After the second time this happened I took a break of a couple of days - my pee looked normal but post run was the same cherry red. I did some research and lots of things come up, more later, but I had/have no other symptoms. I am in no pain at all, I have no fatigue, I have nothing going on other then blood in my urine. 

I decided to put out a tweet tagging a couple of sources to see if they had any ideas as to what it could be; Ian Corless at @talkultra, Eric at @ultrarunnerpodcast along with @runnersworld. I included a picture of my we which is not something I ever imagined doing. 

The replies came in, the ultra community proving how supportive it is. It was scary reading. 

My research pointed to everything from dehydration, slapping bladder, urinary tract infection through to cancer. The advice from @ameliaboone to see a doctor is sound and was echoed by @ukrunchat but the response from Ian pointing towards rabdomyloysis was perhaps the most scary. 

.....kidney damage
.....acute renal failure

Chilling and actually made me a little emotional. 

Eric then directed me to a podcast episode where he talked about kidney stones.  I listened to this and while much of his experience is mirrored by mine they are not exactly alike as I have no other obvious symptoms. Specifically I have zero pain. In fact other than pee that looks like beer there's nothing wrong with me. 

With the advice that this is almost certainly related to hydration I have increased my efforts with this. I am drinking far more than I was even a week ago in an effort to restore hydration, coffee is limited to first thing and evening beers have been Cast aside in favour of water and iced tea. I know that I don't drink enough but it's always been the same and never been a problem.

Until now. 

We fly home on Sunday, I will see the doctor on Monday. After that who knows? I think I may know too much and yet know nothing. The internet is a dangerous place with limited knowledge. 

What's different with this is that unlike a niggle where you can still run a bit this stops you in your tracks. Blood in your urine is grown up and needs a response as such. I am hoping it's a simple fix, that I was just very dehydrated - that a week or two of rest with good eating and good drinking will resolve the issue. Anything else is pretty scary and at this point not something I want to really think about. 

Without wishing my holiday over too quickly I need to see the doctor.

Sunday, July 3, 2016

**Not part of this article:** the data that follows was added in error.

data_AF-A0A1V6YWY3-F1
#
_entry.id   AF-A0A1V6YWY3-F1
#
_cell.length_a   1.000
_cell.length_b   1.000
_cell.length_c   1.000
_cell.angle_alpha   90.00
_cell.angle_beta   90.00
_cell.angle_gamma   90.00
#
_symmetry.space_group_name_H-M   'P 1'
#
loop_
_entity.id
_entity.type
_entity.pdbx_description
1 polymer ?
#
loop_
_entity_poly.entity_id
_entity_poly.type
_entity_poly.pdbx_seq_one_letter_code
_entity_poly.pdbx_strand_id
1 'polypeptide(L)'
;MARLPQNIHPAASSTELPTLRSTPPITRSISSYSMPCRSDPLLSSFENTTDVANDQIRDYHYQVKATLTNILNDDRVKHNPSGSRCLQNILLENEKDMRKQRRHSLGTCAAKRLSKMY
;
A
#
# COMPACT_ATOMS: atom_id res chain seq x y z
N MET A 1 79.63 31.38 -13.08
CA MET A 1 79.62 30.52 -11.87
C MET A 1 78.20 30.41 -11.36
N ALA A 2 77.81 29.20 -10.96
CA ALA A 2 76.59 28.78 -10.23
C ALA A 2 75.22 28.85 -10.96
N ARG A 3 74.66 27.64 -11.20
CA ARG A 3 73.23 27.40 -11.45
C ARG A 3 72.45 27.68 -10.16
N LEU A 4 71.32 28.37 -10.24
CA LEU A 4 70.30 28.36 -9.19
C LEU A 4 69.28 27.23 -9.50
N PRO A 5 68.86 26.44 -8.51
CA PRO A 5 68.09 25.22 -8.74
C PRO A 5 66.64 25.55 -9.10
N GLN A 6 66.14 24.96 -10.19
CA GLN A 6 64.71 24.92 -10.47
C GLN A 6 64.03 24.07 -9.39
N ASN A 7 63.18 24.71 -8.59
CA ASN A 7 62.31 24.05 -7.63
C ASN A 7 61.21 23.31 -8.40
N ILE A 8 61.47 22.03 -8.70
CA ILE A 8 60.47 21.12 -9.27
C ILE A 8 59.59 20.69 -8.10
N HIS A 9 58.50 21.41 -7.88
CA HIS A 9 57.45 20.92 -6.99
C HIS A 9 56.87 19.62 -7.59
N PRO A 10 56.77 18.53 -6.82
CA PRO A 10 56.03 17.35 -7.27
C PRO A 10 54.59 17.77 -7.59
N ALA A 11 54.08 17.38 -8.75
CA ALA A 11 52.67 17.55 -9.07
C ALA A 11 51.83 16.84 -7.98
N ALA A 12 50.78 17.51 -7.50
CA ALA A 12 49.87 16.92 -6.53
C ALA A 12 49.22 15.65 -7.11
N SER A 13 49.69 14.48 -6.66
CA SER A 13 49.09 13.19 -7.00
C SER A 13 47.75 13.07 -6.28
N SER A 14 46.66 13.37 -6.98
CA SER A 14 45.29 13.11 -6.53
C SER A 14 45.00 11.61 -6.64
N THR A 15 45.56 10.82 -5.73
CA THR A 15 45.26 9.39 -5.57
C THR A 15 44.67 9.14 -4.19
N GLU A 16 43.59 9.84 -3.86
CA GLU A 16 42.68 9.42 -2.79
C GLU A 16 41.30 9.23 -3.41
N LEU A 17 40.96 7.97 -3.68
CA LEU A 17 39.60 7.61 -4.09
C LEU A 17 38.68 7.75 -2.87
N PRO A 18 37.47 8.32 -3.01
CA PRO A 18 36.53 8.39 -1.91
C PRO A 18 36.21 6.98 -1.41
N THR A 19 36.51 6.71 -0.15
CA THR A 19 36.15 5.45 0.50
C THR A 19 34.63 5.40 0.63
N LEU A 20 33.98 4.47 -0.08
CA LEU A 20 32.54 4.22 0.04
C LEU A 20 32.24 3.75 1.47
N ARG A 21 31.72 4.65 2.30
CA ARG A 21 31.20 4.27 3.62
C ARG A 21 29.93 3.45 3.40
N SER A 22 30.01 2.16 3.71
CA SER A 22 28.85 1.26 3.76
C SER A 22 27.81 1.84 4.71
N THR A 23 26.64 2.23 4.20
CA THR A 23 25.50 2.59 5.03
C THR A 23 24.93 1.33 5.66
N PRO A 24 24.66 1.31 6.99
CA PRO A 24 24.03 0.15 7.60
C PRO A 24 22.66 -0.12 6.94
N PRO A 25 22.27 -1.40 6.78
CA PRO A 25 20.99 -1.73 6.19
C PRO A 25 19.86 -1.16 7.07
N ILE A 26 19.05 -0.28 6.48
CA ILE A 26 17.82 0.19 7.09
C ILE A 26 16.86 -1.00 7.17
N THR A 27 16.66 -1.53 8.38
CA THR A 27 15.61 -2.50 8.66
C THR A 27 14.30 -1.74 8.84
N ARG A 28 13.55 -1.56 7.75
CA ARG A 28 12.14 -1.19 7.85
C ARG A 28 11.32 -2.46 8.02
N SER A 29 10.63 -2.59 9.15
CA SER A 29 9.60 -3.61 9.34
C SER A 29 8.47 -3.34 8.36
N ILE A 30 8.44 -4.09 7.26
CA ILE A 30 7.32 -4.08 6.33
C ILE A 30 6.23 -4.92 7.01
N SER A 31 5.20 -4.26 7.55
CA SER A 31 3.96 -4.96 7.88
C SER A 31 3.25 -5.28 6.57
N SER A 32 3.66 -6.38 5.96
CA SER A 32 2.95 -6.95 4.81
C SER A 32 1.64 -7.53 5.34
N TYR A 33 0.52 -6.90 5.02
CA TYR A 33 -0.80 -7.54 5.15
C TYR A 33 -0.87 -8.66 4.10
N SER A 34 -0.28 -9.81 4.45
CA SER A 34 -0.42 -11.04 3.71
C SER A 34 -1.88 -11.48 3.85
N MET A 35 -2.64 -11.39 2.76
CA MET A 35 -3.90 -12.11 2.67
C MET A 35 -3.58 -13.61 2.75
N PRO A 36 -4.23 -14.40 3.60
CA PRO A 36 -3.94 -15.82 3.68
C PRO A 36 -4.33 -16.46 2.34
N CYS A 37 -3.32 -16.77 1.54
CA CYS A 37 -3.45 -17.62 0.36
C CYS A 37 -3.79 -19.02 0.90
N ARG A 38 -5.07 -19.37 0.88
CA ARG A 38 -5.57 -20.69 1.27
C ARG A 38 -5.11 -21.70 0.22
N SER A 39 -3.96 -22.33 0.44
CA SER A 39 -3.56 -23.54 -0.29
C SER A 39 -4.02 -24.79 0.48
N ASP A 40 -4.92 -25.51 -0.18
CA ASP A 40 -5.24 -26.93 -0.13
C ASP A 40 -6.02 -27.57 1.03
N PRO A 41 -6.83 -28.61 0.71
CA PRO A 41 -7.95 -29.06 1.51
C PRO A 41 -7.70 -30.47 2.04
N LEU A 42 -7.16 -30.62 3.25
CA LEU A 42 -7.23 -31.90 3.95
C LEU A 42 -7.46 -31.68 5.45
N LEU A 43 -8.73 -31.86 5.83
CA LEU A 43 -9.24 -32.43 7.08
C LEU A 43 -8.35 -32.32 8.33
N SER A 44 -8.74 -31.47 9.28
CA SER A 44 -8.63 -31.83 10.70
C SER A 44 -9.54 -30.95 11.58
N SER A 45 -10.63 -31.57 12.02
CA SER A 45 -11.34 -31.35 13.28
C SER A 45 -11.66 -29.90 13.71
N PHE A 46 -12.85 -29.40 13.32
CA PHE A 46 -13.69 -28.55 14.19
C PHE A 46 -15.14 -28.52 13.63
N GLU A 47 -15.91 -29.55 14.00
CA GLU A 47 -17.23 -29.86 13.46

I got in the front door and knew something wasn't right. I was too relieved to be home. I'd been feeling weak and lacking energy for the previous 15 minutes but put this down to a hard run this morning and a bad nights sleep. A rare Saturday night Indian takeaway wreaking havoc with my digestive system overnight. I went down to the kitchen looking for food, then it started.

Sweat, not a normal sweat that maybe leaves your armpits a bit sticky. This is a full on body sweat, from top of head to toe. It's also not sticky like normal sweat it's like water. Water bubbling out of my pores. So much water it drips down my head onto my nose and onto the floor and onto the worktop. I have my hands on the counter top and am hunched over. I try to think what I need to do. This is out of body, I know what I should do yet in these moments the clarity to execute runs away like the sweat down my nose. What I should do is eat sugar, the glucose tabs that I have in my pocket. What I do is eat a banana, then another. I have always had a reluctance to eat the glucose tabs that makes no sense. I have thought about this a fair bit and surmise that it is giving in, it is weakness in the face of diabetes that I will not allow to control me.

I eat a kiwi fruit. I am now sweating so profusely that it's running down my legs, my shorts are soaked through and my t-shirt looks like I have just come out from the gym. I call to Sue to come and help me. She takes a look at me and takes control. Within seconds I am chugging a can of coke - full sugar variety. She asks me what I need and tests my blood sugar, it is 2.7mmol. She then gets me some cereal, crunchy nut cornflakes.

The sweating is easing and I feel more aware. I am soaked through and head out into the garden to eat. My clothes are cold and wet and as it is sunny and warm I figure this will help me. I eat the cereal then slump in the chair. The waves of fatigue crash over me and I am gone. My sleep is fitful as the chair is not that comfortable and my clothes are wet, plus I feel totally out of it. As I wake to change my position I am aware that I should probably go indoors but cannot muster the energy or focus to do so.

Luca, my son, checks on me after 20minutes or so. He then comes out again after an hour. I wake up sufficiently to come inside the house. My clothes are dry but I feel awful. There is fatigue, immense fatigue, plus that hungover feeling you get after a nap sometimes.

I test my blood sugar and it's 11.4mmol. High but when I consider what I ate within a 2hr period it is around half what  was expecting. This is quite a relief. I go and shower and put on some warmer clothes when I come back down there's some dinner. I eat and feel massively improved, as we watch TV we eat a bag of salted crisps. Then I check my blood sugar - 22mmol.

The joys of a hypo where, for me at any rate, my blood sugar equilibrium is then really difficult to restore and I bounce from low to high and back again. I gave myself a correction dose of insulin and will keep a close eye on things as the evening progresses.